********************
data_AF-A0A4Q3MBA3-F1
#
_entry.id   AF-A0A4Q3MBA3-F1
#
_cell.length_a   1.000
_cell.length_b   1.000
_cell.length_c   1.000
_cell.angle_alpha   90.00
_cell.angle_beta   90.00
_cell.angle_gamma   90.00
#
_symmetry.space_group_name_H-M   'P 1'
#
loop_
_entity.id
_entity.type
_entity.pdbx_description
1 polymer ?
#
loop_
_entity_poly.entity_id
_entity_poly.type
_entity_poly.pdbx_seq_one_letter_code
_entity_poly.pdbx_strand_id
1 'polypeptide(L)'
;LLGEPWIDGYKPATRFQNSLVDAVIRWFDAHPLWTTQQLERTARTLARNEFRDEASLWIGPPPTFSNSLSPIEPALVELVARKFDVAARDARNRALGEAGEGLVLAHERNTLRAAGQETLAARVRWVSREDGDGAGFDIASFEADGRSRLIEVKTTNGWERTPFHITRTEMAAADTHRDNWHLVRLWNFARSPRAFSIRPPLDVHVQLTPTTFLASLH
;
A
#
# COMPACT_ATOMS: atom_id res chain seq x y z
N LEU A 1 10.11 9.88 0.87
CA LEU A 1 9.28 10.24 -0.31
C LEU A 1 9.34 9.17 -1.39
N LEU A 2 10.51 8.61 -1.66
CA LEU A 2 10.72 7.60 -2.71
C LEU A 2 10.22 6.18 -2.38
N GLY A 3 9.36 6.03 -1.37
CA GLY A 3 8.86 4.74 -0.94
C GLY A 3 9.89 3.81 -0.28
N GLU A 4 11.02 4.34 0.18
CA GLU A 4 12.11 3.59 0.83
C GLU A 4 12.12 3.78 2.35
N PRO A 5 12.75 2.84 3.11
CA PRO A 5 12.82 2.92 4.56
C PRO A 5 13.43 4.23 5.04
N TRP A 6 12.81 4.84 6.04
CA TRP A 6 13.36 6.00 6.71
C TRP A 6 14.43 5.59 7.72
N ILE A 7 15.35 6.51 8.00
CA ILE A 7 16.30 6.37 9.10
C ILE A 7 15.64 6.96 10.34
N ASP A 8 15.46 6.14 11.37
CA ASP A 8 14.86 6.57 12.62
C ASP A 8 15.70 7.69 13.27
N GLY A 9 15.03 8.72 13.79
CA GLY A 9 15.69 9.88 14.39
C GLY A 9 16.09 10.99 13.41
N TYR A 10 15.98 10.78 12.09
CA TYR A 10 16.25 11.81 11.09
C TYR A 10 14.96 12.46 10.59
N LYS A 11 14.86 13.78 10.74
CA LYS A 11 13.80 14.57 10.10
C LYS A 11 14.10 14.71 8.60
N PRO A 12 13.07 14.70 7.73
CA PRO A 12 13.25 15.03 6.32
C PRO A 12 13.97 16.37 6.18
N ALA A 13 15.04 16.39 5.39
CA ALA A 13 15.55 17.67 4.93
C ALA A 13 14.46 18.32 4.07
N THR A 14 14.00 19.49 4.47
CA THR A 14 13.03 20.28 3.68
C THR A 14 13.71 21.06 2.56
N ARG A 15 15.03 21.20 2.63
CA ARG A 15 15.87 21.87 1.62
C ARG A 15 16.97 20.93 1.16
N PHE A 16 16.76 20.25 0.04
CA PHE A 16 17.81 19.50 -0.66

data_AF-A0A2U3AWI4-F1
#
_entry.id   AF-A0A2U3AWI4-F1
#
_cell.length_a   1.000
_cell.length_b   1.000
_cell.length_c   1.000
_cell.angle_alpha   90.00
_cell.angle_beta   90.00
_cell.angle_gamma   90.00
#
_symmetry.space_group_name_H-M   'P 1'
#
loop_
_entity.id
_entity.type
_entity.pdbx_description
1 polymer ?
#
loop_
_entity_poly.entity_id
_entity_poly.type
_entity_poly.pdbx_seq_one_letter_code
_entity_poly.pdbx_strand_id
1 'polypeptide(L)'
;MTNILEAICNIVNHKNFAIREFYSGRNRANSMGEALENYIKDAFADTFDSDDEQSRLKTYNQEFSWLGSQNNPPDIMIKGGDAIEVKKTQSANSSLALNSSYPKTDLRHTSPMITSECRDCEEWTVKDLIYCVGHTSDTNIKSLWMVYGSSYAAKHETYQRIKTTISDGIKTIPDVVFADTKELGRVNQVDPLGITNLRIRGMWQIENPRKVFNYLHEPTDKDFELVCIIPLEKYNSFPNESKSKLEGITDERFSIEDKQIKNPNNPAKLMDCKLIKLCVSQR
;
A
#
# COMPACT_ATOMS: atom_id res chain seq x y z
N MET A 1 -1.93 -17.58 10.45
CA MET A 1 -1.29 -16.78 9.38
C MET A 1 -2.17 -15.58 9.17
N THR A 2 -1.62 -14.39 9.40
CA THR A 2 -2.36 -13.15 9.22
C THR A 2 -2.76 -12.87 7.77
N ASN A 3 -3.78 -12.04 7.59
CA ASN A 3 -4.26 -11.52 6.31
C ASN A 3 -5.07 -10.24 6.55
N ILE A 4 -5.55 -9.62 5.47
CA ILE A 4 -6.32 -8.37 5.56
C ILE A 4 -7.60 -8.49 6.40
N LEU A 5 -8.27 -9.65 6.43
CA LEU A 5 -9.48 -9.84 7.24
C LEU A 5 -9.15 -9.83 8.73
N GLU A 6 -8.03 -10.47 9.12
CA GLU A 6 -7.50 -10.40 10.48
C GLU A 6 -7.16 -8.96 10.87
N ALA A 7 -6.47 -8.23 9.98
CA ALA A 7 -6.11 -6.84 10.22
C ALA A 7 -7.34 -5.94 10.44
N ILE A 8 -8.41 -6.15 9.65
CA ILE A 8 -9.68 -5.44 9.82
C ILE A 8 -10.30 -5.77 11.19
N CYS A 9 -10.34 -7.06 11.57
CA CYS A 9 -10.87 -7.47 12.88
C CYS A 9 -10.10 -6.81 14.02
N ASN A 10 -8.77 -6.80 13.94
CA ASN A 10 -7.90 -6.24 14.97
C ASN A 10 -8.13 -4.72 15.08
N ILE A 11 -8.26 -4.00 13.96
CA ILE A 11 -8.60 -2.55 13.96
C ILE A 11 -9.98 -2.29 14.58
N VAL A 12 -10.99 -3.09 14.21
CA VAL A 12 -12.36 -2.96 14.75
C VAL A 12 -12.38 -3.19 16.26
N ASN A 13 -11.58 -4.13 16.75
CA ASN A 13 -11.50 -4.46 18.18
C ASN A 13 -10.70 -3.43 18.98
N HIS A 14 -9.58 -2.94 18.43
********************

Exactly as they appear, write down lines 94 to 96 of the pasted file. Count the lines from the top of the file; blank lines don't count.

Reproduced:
_entity.pdbx_description
1 polymer ?
#